One of the proposals announced by chancellor George Osborne in his 2014 Budget was the granting of greater freedom to retirees when accessing their pension pots.
In particular the compulsion on savers to purchase an annuity was put to an end.
The motivation behind this included the perceived opacity, costs and lack of genuine choice associated with annuities.
In addition, the returns from annuities have fallen over the last couple of decades, due to the decline in government bond yields over the same period (although with annuities the income is guaranteed for the rest of the investor’s life).
Some people have sought to replace or supplement annuity investment with direct exposure to property, with the rent received from the property providing an ongoing income and then hopefully a capital gain at the end when the property is sold.
With the episodes of residential property price falls that have been seen in the UK, however, such investments are not guaranteed.
Also, property does not provide the flexibility to access capital quickly, should it be needed at any point i.e. it is quite illiquid - or not ‘readily realisable’ in Ucits terms.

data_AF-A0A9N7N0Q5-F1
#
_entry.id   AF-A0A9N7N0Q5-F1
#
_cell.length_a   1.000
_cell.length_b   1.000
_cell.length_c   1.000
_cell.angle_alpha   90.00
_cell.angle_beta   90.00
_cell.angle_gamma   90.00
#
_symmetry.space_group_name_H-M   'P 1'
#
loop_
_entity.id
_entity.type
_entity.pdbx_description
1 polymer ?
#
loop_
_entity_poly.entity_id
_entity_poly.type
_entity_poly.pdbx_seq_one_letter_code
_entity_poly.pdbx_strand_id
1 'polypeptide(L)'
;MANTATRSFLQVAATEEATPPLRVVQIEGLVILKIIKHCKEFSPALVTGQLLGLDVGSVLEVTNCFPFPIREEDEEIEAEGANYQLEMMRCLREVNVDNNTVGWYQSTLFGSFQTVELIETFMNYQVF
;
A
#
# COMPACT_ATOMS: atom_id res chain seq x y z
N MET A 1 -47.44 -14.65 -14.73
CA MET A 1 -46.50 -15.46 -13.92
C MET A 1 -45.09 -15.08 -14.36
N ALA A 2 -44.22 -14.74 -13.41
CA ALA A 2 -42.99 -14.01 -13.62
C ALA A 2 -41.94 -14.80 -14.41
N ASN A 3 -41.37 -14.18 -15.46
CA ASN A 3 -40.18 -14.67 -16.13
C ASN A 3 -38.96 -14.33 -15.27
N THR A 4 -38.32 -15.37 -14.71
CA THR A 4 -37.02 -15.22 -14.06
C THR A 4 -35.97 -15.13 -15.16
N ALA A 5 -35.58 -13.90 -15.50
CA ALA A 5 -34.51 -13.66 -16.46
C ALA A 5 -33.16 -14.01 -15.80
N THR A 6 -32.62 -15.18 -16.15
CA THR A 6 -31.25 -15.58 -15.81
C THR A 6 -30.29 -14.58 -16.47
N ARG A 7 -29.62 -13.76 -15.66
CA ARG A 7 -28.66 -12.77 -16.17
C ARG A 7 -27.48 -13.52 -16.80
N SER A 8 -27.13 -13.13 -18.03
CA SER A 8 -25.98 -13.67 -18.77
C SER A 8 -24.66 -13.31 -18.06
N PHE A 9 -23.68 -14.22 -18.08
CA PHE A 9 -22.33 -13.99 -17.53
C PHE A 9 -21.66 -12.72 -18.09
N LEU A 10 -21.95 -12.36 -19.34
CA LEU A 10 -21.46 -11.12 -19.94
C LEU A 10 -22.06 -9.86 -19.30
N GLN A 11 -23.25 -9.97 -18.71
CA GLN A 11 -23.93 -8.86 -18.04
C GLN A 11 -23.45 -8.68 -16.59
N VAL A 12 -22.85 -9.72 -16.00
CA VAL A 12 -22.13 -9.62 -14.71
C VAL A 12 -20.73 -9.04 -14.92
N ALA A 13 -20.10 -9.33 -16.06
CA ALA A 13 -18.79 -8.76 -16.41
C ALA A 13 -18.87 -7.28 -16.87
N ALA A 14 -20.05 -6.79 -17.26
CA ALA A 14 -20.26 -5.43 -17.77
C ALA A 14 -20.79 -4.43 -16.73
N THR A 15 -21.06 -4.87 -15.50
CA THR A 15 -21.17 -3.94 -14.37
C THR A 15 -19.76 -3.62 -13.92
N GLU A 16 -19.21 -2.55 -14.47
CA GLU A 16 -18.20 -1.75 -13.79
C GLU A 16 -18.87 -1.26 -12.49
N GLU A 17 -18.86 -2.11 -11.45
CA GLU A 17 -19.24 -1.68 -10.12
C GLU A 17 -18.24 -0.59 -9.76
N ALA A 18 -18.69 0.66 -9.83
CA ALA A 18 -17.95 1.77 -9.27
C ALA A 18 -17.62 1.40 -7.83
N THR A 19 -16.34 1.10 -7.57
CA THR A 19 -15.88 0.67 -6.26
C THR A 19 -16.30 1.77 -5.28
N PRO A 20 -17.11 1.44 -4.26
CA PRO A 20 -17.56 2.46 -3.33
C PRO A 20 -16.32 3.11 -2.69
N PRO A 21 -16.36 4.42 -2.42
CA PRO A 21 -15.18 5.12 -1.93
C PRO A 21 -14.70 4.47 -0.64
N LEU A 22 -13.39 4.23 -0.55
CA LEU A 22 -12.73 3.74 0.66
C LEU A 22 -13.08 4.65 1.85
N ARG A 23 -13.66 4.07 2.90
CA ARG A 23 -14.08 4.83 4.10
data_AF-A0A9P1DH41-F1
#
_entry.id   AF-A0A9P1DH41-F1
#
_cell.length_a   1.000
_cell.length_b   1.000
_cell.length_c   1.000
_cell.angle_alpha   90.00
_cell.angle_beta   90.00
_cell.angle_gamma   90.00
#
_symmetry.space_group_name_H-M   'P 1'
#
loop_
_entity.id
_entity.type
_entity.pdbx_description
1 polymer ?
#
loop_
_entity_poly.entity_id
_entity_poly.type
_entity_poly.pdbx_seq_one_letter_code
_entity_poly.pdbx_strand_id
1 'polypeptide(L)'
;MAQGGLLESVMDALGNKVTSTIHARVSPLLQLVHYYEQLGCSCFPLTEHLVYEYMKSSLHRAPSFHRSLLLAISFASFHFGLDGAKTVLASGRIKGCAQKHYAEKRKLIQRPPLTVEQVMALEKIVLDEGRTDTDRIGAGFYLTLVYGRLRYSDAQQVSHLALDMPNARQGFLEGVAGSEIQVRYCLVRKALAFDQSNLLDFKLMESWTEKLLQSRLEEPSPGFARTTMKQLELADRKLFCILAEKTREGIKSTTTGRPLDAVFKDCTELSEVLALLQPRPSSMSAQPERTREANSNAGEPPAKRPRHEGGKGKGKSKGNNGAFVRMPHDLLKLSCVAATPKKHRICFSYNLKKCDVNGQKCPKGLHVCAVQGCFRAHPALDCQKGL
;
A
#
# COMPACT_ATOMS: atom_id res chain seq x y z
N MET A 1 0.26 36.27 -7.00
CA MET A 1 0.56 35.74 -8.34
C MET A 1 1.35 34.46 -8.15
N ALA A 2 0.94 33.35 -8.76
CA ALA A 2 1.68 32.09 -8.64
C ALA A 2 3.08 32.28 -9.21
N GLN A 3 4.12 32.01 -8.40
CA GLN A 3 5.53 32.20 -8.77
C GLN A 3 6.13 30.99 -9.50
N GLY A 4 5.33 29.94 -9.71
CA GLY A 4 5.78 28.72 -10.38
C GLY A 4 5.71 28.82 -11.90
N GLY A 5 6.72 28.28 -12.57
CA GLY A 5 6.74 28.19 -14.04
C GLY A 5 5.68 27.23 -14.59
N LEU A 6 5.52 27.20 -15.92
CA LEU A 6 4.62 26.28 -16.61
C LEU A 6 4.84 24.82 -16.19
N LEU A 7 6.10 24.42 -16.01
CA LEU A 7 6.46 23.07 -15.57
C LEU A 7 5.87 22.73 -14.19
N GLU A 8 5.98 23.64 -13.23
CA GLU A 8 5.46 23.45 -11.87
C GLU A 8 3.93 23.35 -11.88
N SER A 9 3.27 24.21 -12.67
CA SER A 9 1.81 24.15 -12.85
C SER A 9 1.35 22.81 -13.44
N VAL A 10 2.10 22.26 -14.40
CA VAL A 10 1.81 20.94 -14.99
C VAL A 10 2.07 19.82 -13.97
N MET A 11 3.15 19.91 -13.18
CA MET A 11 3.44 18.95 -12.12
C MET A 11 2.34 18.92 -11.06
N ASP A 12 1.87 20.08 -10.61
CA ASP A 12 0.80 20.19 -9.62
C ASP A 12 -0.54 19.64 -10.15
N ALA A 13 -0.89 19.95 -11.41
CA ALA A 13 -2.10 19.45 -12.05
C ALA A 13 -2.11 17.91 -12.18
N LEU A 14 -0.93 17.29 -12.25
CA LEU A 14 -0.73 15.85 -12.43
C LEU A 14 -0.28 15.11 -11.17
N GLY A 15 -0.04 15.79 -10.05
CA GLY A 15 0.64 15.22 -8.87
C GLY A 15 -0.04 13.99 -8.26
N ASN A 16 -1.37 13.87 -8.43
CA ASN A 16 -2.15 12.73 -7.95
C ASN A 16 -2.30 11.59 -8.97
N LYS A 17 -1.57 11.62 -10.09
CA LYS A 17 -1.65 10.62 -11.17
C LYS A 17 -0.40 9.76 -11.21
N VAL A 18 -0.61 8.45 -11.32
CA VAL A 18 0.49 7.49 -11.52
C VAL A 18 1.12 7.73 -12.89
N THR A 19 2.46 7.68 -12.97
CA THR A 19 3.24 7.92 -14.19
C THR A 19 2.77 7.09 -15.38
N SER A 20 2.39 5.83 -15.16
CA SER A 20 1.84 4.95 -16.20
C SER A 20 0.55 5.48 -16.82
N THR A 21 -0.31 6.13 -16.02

Annuities and property also suffer from the risk of investing in only a single asset class i.e. concentrating risk or ‘putting all of your eggs in one basket’.
As a result of this and the other disadvantages mentioned above, more people are starting to look at income funds as a retirement option, in particular multi-asset income funds.
The investment and fund market, in the UK at least, has been geared for much of the past 50 years more towards the accumulation rather than the decumulation phase of the investor’s lifecycle.
Specifically this has been a cultural shift with wealth accumulation more in sharp relief than wealth maintenance.
With government granting greater access to pension pots, however, plus the continuing shift in demographics to an older population that the UK (and other countries) has seen, this is changing.
Since Pensions Freedom became reality in April 2015, pension beneficiaries have withdrawn more that £2bn from their pots.
Also, more people are phasing their retirement while some are even going back to work later in life.
Looking at recent numbers from the Investment Association (IA) shows some signs of an increase in decumulation-orientated investing happening.
In the 13 months to August 2015 (the most recent IA monthly numbers currently available), UK Equity Income was the best-selling IA sector on a net retail basis in eight of those months (with one fund dominating gross sales) and Targeted Absolute Return, the other sector most associated with the in-retirement phase, in two of the months.
On a quarterly basis, UK Equity Income was the best-selling IA sector in three of the six quarters to the second quarter of 2015 (the IA’s most recent quarterly numbers at the time this article was produced) and Targeted Absolute Return in two of the quarters.
Questions appear on the last page of this article.